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  • Marian Rosado, Psy.D

Part 3 of 3 - Three things I've Learned From My Daughters' Illness and the Prayers That Sustained Me

Updated: Oct 22, 2019


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It's okay to ask for help

 

It's very normal to feel alone, or as if no one else understands the toll this daily battle can have on your child and you as parents. It's also reasonable to experience difficulty connecting with others. Some parents, myself included, have wished to hit the pause button of life in order sense of the situation and emotions. Be encouraged parents - you are not alone! 


This battle is not meant to be fought alone. Nonetheless, when confronted with fatigue, it's exactly what we want to do - retreat, be alone, and at times give in to the fears. However, when fatigue sets in, this is precisely the time you should phone a friend, talk to your Pastor or church leader, and ask for prayer, or seek supportive counseling.


For many parents, their child's illness could be ongoing. Seeking emotional and faith-based support is part of the process. As a psychologist, I frequently hear my clients say - "I'm not crazy. I'm just going through a lot right now." Remember, that a psychologist's job is not to judge you, but to be an objective observer and helper. I often share the following thought with my clients: a neurosurgeon should not perform surgery on themselves (at least it's not advisable) no matter how much knowledge or experience they have. Take me; for example, it does not matter how much knowledge I have as a psychologist; I could not self apply the knowledge to heal myself from this journey. Instead, I reach out to my friends, family, church family, and other colleagues. I encourage you to reach out as well; ask for prayer, ask someone to listen to your concerns.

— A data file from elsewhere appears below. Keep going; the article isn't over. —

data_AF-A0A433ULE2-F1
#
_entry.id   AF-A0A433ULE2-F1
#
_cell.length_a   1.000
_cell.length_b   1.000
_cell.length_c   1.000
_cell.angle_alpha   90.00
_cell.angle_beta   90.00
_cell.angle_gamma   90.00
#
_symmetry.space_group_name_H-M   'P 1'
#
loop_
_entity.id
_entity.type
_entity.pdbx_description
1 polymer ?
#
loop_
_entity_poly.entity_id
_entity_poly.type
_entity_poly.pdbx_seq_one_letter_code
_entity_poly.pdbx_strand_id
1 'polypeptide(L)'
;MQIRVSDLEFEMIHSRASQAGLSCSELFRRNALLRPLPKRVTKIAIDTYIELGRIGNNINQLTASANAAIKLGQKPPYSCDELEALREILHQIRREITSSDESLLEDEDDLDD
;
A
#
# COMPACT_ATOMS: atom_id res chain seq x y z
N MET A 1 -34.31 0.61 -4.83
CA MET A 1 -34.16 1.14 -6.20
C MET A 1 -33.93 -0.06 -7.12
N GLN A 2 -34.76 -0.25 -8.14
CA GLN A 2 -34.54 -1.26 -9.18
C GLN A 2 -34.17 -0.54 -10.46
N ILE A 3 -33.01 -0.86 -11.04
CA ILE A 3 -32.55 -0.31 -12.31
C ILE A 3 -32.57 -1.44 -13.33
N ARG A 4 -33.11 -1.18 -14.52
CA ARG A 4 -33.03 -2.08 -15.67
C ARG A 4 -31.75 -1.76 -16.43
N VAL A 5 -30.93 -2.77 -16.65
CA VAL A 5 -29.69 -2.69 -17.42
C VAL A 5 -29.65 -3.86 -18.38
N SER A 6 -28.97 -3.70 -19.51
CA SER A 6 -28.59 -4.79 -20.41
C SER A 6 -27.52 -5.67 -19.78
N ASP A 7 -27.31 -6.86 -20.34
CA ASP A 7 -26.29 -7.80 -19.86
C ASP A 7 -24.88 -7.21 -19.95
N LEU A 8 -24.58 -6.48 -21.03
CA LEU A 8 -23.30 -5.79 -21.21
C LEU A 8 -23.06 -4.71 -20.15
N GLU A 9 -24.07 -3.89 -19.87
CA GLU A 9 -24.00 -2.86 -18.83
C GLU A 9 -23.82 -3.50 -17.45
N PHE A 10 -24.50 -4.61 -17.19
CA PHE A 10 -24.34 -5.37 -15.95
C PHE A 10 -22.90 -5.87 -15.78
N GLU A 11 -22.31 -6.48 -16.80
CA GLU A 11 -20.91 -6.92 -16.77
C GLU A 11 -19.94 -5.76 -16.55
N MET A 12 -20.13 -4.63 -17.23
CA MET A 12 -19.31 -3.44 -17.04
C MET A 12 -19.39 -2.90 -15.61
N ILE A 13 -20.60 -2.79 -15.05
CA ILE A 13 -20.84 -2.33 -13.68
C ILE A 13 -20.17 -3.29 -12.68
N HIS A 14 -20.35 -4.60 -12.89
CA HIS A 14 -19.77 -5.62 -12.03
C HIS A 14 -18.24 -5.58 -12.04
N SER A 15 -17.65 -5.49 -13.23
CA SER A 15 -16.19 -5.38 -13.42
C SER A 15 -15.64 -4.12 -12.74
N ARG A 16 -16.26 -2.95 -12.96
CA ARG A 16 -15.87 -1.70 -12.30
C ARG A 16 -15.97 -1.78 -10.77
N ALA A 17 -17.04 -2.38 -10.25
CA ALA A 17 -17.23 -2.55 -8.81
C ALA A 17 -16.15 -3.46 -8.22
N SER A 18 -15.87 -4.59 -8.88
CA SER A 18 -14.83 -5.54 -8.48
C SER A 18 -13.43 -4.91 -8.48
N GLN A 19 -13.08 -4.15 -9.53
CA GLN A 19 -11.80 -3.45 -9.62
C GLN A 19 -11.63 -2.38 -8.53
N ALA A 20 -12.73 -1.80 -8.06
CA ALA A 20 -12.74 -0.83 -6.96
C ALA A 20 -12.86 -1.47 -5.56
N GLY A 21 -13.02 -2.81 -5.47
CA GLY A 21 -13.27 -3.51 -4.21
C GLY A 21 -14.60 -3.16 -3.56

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Also, if you have a minimal support system, I encourage you to join a support group at your local hospital. They tend to be free of charge. Ask your treatment team for resources or go directly to the hospital's website. You could also look at any national/state/local associations that may provide additional resources.


We are not meant to be our healers. More importantly, it's not advisable to leave God out of the equation. He is your ultimate counselor.

Remember, we are not meant to be our healers. More importantly, it's not advisable to leave God out of the equation. He is your ultimate counselor. 


Prayer:

Dear God, I sometimes don't have the words to pray over this situation. So I will use your promises, Lord. You say, "I am the Lord your God. I am holding your hand, so don't be afraid. I am here to help you." (Isaiah 41:13 CEV). Thank you, Lord, that I could rely on your help. Lord, as I sit in silence, search my heart, my mind, and soul and bring peace. God, I've asked you many times to bring healing; as I wait for your will - please give me the courage to be the parent my child needs me to be. Thank you, Jesus, and please forgive my unbelief, frustration, and fears. May your will always be done and help me to accept it. Amen. 


Read “Finding Hope After Losing a Child


Back to part 2 of 3: Trusting God



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Disclaimer: The content shared in this page is intended as general advice only, and not to replace clinical counseling, medical treatment, legal counsel, or pastoral guidance.